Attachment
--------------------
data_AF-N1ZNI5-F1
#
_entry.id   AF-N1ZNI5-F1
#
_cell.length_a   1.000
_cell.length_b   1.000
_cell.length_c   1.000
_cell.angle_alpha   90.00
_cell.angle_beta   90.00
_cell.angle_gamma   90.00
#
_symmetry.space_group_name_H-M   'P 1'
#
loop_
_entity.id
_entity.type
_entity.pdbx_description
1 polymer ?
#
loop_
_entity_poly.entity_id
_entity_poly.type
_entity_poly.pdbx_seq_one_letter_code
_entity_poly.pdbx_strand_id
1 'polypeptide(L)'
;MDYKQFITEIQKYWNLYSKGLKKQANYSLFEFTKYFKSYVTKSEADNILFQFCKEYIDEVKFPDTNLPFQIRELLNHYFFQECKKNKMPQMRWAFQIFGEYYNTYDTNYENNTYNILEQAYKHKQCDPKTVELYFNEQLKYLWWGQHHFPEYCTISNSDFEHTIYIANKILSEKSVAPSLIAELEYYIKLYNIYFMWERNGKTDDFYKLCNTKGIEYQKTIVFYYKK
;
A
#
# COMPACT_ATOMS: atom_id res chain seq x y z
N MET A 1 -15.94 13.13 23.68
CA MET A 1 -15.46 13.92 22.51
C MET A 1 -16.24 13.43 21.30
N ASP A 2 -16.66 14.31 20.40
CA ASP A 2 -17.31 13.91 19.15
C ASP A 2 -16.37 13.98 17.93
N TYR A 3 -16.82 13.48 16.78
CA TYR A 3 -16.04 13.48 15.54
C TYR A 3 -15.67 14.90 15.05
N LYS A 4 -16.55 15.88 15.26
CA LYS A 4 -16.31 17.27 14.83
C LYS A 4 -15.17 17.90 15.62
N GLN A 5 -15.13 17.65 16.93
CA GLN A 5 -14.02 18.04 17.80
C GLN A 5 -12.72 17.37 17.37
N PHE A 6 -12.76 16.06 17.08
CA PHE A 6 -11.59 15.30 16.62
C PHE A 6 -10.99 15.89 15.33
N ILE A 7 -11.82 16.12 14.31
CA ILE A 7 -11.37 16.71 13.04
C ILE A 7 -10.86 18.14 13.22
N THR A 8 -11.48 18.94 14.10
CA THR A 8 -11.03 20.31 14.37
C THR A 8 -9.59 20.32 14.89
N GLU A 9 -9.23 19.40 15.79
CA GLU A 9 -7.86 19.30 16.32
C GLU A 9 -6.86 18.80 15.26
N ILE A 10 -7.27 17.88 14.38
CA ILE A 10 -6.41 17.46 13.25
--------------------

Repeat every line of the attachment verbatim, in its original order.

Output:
data_AF-N1ZNI5-F1
#
_entry.id   AF-N1ZNI5-F1
#
_cell.length_a   1.000
_cell.length_b   1.000
_cell.length_c   1.000
_cell.angle_alpha   90.00
_cell.angle_beta   90.00
_cell.angle_gamma   90.00
#
_symmetry.space_group_name_H-M   'P 1'
#
loop_
_entity.id
_entity.type
_entity.pdbx_description
1 polymer ?
#
loop_
_entity_poly.entity_id
_entity_poly.type
_entity_poly.pdbx_seq_one_letter_code
_entity_poly.pdbx_strand_id
1 'polypeptide(L)'
;MDYKQFITEIQKYWNLYSKGLKKQANYSLFEFTKYFKSYVTKSEADNILFQFCKEYIDEVKFPDTNLPFQIRELLNHYFFQECKKNKMPQMRWAFQIFGEYYNTYDTNYENNTYNILEQAYKHKQCDPKTVELYFNEQLKYLWWGQHHFPEYCTISNSDFEHTIYIANKILSEKSVAPSLIAELEYYIKLYNIYFMWERNGKTDDFYKLCNTKGIEYQKTIVFYYKK
;
A
#
# COMPACT_ATOMS: atom_id res chain seq x y z
N MET A 1 -15.94 13.13 23.68
CA MET A 1 -15.46 13.92 22.51
C MET A 1 -16.24 13.43 21.30
N ASP A 2 -16.66 14.31 20.40
CA ASP A 2 -17.31 13.91 19.15
C ASP A 2 -16.37 13.98 17.93
N TYR A 3 -16.82 13.48 16.78
CA TYR A 3 -16.04 13.48 15.54
C TYR A 3 -15.67 14.90 15.05
N LYS A 4 -16.55 15.88 15.26
CA LYS A 4 -16.31 17.27 14.83
C LYS A 4 -15.17 17.90 15.62
N GLN A 5 -15.13 17.65 16.93
CA GLN A 5 -14.02 18.04 17.80
C GLN A 5 -12.72 17.37 17.37
N PHE A 6 -12.76 16.06 17.08
CA PHE A 6 -11.59 15.30 16.62
C PHE A 6 -10.99 15.89 15.33
N ILE A 7 -11.82 16.12 14.31
CA ILE A 7 -11.37 16.71 13.04
C ILE A 7 -10.86 18.14 13.22
N THR A 8 -11.48 18.94 14.10
CA THR A 8 -11.03 20.31 14.37
C THR A 8 -9.59 20.32 14.89
N GLU A 9 -9.23 19.40 15.79
CA GLU A 9 -7.86 19.30 16.32
C GLU A 9 -6.86 18.80 15.26
N ILE A 10 -7.27 17.88 14.38
CA ILE A 10 -6.41 17.46 13.25